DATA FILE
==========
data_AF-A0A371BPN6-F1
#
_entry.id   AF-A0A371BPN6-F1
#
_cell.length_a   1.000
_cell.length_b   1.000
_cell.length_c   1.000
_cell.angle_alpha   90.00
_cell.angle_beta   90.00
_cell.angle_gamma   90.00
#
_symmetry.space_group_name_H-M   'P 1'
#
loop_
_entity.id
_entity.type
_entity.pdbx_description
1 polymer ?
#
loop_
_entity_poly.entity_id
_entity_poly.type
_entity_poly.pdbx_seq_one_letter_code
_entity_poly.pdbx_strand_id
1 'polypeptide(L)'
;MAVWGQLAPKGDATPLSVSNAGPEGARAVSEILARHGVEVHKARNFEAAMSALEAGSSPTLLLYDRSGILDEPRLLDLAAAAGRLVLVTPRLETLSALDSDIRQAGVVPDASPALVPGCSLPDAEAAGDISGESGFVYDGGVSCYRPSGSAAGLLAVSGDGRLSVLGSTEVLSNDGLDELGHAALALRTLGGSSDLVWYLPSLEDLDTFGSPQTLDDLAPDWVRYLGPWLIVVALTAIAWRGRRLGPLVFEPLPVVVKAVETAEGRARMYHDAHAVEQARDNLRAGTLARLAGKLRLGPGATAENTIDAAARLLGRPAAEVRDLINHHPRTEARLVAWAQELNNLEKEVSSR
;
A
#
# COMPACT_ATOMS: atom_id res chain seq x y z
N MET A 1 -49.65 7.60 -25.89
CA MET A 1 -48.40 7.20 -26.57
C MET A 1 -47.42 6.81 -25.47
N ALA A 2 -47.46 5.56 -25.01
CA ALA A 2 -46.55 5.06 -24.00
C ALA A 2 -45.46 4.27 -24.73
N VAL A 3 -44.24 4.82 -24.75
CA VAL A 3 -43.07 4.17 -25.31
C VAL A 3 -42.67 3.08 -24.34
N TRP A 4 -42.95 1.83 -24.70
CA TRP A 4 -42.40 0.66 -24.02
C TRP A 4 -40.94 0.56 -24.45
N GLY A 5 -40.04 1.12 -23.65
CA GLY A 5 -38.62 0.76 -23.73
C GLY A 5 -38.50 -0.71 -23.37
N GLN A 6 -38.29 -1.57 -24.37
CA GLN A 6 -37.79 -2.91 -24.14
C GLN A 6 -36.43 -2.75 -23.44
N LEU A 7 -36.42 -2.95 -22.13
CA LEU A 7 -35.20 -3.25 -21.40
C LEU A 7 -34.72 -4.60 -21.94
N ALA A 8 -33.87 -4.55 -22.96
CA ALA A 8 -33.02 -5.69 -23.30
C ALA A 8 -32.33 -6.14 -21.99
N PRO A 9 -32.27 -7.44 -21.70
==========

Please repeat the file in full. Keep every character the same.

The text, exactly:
data_AF-A0A371BPN6-F1
#
_entry.id   AF-A0A371BPN6-F1
#
_cell.length_a   1.000
_cell.length_b   1.000
_cell.length_c   1.000
_cell.angle_alpha   90.00
_cell.angle_beta   90.00
_cell.angle_gamma   90.00
#
_symmetry.space_group_name_H-M   'P 1'
#
loop_
_entity.id
_entity.type
_entity.pdbx_description
1 polymer ?
#
loop_
_entity_poly.entity_id
_entity_poly.type
_entity_poly.pdbx_seq_one_letter_code
_entity_poly.pdbx_strand_id
1 'polypeptide(L)'
;MAVWGQLAPKGDATPLSVSNAGPEGARAVSEILARHGVEVHKARNFEAAMSALEAGSSPTLLLYDRSGILDEPRLLDLAAAAGRLVLVTPRLETLSALDSDIRQAGVVPDASPALVPGCSLPDAEAAGDISGESGFVYDGGVSCYRPSGSAAGLLAVSGDGRLSVLGSTEVLSNDGLDELGHAALALRTLGGSSDLVWYLPSLEDLDTFGSPQTLDDLAPDWVRYLGPWLIVVALTAIAWRGRRLGPLVFEPLPVVVKAVETAEGRARMYHDAHAVEQARDNLRAGTLARLAGKLRLGPGATAENTIDAAARLLGRPAAEVRDLINHHPRTEARLVAWAQELNNLEKEVSSR
;
A
#
# COMPACT_ATOMS: atom_id res chain seq x y z
N MET A 1 -49.65 7.60 -25.89
CA MET A 1 -48.40 7.20 -26.57
C MET A 1 -47.42 6.81 -25.47
N ALA A 2 -47.46 5.56 -25.01
CA ALA A 2 -46.55 5.06 -24.00
C ALA A 2 -45.46 4.27 -24.73
N VAL A 3 -44.24 4.82 -24.75
CA VAL A 3 -43.07 4.17 -25.31
C VAL A 3 -42.67 3.08 -24.34
N TRP A 4 -42.95 1.83 -24.70
CA TRP A 4 -42.40 0.66 -24.02
C TRP A 4 -40.94 0.56 -24.45
N GLY A 5 -40.04 1.12 -23.65
CA GLY A 5 -38.62 0.76 -23.73
C GLY A 5 -38.50 -0.71 -23.37
N GLN A 6 -38.29 -1.57 -24.37
CA GLN A 6 -37.79 -2.91 -24.14
C GLN A 6 -36.43 -2.75 -23.44
N LEU A 7 -36.42 -2.95 -22.13
CA LEU A 7 -35.20 -3.25 -21.40
C LEU A 7 -34.72 -4.60 -21.94
N ALA A 8 -33.87 -4.55 -22.96
CA ALA A 8 -33.02 -5.69 -23.30
C ALA A 8 -32.33 -6.14 -21.99
N PRO A 9 -32.27 -7.44 -21.70